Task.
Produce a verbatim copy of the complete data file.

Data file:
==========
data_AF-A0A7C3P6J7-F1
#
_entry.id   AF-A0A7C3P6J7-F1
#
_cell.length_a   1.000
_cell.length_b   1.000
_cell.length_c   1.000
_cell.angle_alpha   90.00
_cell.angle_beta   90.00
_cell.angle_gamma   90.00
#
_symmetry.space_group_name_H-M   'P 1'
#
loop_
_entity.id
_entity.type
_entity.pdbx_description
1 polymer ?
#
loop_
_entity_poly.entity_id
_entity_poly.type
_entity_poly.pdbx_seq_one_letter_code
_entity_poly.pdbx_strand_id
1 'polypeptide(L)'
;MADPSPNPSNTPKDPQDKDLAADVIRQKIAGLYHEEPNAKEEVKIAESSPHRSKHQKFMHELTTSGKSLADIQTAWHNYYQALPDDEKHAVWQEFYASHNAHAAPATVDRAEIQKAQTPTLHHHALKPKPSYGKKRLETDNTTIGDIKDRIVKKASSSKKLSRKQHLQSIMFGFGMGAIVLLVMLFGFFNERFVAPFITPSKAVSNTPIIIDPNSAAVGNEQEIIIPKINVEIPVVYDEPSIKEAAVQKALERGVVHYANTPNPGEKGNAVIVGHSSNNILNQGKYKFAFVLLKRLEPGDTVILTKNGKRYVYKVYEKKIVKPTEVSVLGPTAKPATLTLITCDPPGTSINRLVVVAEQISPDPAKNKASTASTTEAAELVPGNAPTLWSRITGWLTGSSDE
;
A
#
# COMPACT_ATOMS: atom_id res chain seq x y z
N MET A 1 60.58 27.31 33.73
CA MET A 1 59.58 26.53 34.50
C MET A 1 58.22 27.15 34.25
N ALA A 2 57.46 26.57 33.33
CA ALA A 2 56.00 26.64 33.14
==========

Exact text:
data_AF-A0A7C3P6J7-F1
#
_entry.id   AF-A0A7C3P6J7-F1
#
_cell.length_a   1.000
_cell.length_b   1.000
_cell.length_c   1.000
_cell.angle_alpha   90.00
_cell.angle_beta   90.00
_cell.angle_gamma   90.00
#
_symmetry.space_group_name_H-M   'P 1'
#
loop_
_entity.id
_entity.type
_entity.pdbx_description
1 polymer ?
#
loop_
_entity_poly.entity_id
_entity_poly.type
_entity_poly.pdbx_seq_one_letter_code
_entity_poly.pdbx_strand_id
1 'polypeptide(L)'
;MADPSPNPSNTPKDPQDKDLAADVIRQKIAGLYHEEPNAKEEVKIAESSPHRSKHQKFMHELTTSGKSLADIQTAWHNYYQALPDDEKHAVWQEFYASHNAHAAPATVDRAEIQKAQTPTLHHHALKPKPSYGKKRLETDNTTIGDIKDRIVKKASSSKKLSRKQHLQSIMFGFGMGAIVLLVMLFGFFNERFVAPFITPSKAVSNTPIIIDPNSAAVGNEQEIIIPKINVEIPVVYDEPSIKEAAVQKALERGVVHYANTPNPGEKGNAVIVGHSSNNILNQGKYKFAFVLLKRLEPGDTVILTKNGKRYVYKVYEKKIVKPTEVSVLGPTAKPATLTLITCDPPGTSINRLVVVAEQISPDPAKNKASTASTTEAAELVPGNAPTLWSRITGWLTGSSDE
;
A
#
# COMPACT_ATOMS: atom_id res chain seq x y z
N MET A 1 60.58 27.31 33.73
CA MET A 1 59.58 26.53 34.50
C MET A 1 58.22 27.15 34.25
N ALA A 2 57.46 26.57 33.33
CA ALA A 2 56.00 26.64 33.14